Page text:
A voluntary program in San Francisco arranged interviews for disadvantaged job-seekers and offered employers temporary wage subsidies to hire them. This study analyzes the one-year, per person program costs and the cost of non-program services, including education and training. The analysis indicates that the program was likely cost-beneficial from society’s perspective.
This study analyzes the per person cost of a subsidized employment program for enrollees in Minnesota’s Temporary Assistance for Needy Families who could not otherwise find employment, and the costs of other services that all sample members may have received. The program’s primary goal was to move participants into unsubsidized employment.
A Feasibility Study of the Bridges to Pathways Program
In a program to reduce criminal justice involvement, participants received mentoring, case management, subsidized internships, and the opportunity to earn a high school credential. The program reduced the arrest rate for felonies and violent crimes but did not affect overall rates of arrest or incarceration, educational or training certification, or employment.
Final Impacts and Costs of the Los Angeles County Transitional Subsidized Employment Program
Los Angeles County tested two different models of subsidized employment for Temporary Assistance for Needy Families recipients: one subsidizes the wages of individuals placed at employers in the nonprofit or public sector, and the other offers wage subsidies to for-profit employers. This report offers findings from implementation, impact, and cost studies.
In the first year after random assignment, welfare recipients who participated in Minnesota’s subsidized employment program were more likely than control group members to have been employed; this modest effect continued after the subsidies ended.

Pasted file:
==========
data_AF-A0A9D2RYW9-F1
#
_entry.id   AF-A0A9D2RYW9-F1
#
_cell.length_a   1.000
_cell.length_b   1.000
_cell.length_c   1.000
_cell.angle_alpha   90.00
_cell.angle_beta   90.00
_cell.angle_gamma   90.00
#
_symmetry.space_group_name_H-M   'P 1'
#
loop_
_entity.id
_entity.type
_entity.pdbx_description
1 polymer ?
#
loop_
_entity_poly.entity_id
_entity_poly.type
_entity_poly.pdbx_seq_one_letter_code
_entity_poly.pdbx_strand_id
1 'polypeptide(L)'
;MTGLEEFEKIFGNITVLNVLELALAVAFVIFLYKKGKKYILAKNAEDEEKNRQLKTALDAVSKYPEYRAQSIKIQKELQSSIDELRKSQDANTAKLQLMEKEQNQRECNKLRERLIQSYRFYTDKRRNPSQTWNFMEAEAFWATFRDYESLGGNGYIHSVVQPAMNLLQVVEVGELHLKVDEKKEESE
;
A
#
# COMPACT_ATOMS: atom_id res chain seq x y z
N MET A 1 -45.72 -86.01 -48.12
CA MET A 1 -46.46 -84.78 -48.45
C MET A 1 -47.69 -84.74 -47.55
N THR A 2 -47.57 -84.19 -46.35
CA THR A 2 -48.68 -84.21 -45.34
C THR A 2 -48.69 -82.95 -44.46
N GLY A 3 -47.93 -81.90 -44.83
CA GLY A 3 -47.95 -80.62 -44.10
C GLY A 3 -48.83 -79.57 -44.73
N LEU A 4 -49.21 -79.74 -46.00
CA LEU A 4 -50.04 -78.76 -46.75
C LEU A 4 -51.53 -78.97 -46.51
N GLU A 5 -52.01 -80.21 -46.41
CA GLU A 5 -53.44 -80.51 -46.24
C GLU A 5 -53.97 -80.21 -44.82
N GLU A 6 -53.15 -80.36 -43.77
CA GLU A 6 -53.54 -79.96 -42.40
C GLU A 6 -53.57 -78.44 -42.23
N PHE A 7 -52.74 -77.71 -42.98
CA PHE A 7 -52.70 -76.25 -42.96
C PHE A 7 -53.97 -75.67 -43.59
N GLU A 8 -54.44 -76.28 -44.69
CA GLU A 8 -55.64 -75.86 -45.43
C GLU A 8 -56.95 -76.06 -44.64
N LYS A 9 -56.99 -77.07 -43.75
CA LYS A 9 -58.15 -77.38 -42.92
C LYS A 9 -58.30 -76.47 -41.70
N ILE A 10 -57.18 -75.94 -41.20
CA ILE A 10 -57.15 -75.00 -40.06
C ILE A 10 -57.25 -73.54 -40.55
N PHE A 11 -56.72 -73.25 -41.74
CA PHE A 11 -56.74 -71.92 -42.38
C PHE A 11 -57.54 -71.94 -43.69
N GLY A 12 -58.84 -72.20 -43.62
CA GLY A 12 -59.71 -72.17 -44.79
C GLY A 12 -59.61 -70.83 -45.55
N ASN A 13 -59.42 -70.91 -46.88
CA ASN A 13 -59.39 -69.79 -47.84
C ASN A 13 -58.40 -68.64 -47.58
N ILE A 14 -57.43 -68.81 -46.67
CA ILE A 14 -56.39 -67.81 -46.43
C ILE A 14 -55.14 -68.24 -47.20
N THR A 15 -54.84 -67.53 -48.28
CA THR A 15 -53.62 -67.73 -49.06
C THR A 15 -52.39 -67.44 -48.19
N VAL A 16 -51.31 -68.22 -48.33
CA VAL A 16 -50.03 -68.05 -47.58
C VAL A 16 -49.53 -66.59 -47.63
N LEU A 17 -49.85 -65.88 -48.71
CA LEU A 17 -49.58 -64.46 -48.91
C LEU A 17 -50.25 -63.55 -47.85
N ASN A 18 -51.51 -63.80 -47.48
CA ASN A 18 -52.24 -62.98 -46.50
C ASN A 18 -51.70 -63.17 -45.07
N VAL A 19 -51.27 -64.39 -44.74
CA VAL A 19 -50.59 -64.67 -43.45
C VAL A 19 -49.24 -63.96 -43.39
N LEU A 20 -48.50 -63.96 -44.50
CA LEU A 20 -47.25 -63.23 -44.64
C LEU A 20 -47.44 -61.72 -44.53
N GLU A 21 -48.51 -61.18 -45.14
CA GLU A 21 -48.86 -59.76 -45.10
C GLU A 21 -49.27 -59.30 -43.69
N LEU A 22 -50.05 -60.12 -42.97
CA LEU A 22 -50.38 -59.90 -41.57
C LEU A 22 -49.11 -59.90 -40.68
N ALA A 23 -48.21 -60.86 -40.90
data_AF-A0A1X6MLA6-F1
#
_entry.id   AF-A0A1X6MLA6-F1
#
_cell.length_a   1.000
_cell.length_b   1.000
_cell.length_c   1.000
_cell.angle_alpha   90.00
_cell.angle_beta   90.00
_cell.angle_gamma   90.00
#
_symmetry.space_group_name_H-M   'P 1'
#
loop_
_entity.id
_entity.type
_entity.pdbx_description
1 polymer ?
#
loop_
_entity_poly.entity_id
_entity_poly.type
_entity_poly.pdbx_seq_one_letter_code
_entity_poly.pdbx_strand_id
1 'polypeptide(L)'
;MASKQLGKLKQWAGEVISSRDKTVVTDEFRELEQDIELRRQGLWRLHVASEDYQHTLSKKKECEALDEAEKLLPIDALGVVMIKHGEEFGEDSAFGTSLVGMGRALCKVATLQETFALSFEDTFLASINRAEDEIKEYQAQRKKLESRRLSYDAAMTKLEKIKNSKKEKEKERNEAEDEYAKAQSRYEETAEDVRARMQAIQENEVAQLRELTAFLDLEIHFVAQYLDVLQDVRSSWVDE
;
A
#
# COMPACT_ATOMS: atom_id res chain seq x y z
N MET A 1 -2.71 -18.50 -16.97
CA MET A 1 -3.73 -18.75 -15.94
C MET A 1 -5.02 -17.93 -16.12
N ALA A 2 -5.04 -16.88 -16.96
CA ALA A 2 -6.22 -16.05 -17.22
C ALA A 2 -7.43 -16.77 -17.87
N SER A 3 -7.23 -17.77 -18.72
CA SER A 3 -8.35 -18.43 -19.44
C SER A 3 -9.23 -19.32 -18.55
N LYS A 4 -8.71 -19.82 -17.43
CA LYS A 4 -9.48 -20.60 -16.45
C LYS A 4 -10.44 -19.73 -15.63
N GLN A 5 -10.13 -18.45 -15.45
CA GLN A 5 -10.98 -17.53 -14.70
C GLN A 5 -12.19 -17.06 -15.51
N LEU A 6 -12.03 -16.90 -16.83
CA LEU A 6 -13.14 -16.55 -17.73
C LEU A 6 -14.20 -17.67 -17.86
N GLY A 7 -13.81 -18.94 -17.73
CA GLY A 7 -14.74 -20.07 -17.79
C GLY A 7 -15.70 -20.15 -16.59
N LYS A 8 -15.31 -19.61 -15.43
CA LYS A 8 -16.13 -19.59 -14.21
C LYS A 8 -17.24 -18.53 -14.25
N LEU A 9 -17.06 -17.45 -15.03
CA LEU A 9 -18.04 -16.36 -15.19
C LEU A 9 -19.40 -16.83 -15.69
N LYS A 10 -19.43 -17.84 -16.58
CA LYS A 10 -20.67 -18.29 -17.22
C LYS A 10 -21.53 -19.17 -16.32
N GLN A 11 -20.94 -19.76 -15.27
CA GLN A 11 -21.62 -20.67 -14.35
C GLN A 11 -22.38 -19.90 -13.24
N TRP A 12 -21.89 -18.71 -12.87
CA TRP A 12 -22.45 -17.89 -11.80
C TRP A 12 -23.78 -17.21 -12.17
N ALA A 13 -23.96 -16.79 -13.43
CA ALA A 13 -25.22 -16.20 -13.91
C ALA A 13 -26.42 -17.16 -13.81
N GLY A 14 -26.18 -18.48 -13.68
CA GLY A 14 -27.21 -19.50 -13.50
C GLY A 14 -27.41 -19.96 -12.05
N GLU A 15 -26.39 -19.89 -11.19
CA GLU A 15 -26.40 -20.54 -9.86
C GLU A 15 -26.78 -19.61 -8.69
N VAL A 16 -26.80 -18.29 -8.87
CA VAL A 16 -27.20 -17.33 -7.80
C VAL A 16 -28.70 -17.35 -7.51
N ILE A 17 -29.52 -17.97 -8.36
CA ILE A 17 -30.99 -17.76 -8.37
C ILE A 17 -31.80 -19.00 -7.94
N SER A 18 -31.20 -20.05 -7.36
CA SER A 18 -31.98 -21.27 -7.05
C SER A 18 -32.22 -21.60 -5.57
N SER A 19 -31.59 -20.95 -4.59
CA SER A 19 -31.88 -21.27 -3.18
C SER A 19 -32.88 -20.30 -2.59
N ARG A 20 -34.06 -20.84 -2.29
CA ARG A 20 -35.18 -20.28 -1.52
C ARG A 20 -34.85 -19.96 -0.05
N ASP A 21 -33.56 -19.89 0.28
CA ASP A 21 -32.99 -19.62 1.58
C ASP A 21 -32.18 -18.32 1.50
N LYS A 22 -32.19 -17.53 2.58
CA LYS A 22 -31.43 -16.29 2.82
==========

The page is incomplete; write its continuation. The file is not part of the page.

Final Results from a Test of Transitional Jobs and Preemployment Services in Philadelphia
An evaluation of two different welfare-to-work strategies for long-term welfare recipients finds that: (1) transitional jobs substantially increased employment in the short term, but these effects faded after one year, and (2) it is difficult to engage welfare recipients in extensive preemployment services long enough to improve their employability.
A Review of State Employment Programs Created Through the TANF Emergency Fund
In 2009-2010, states placed more than 250,000 people in subsidized jobs using the Temporary Assistance for Needy Families (TANF) Emergency Fund established by the American Recovery and Reinvestment Act. This report reviews the experience of the largest subsidized employment initiative in the country since the 1970s.
The Youth Transition Demonstration, led by Mathematica Policy Research, MDRC, and TransCen, Inc., is developing and evaluating strategies to help youth with disabilities transition from school to work. Participants in the CUNY project were more likely to have been employed for pay than youth in the control group. However, the project had no impacts on income, expectations, or a composite measure of school enrollment or high school completion.
The Youth Transition Demonstration, led by Mathematica Policy Research, MDRC, and TransCen, Inc., is developing and evaluating strategies to help youth with disabilities transition from school to work. The implementation of the Colorado project deviated from the YTD model, and, while participants were more likely to have used employment services than youth in the control group, the program had no impacts on employment, income, or other measures.
The Youth Transition Demonstration, led by Mathematica Policy Research, MDRC, and TransCen, Inc., is developing and evaluating strategies to help youth with disabilities transition from school to work. While participants in the Erie County, NY, site were more likely to participate in self-sufficiency services, the program has had no impact on employment or school completion in its first year.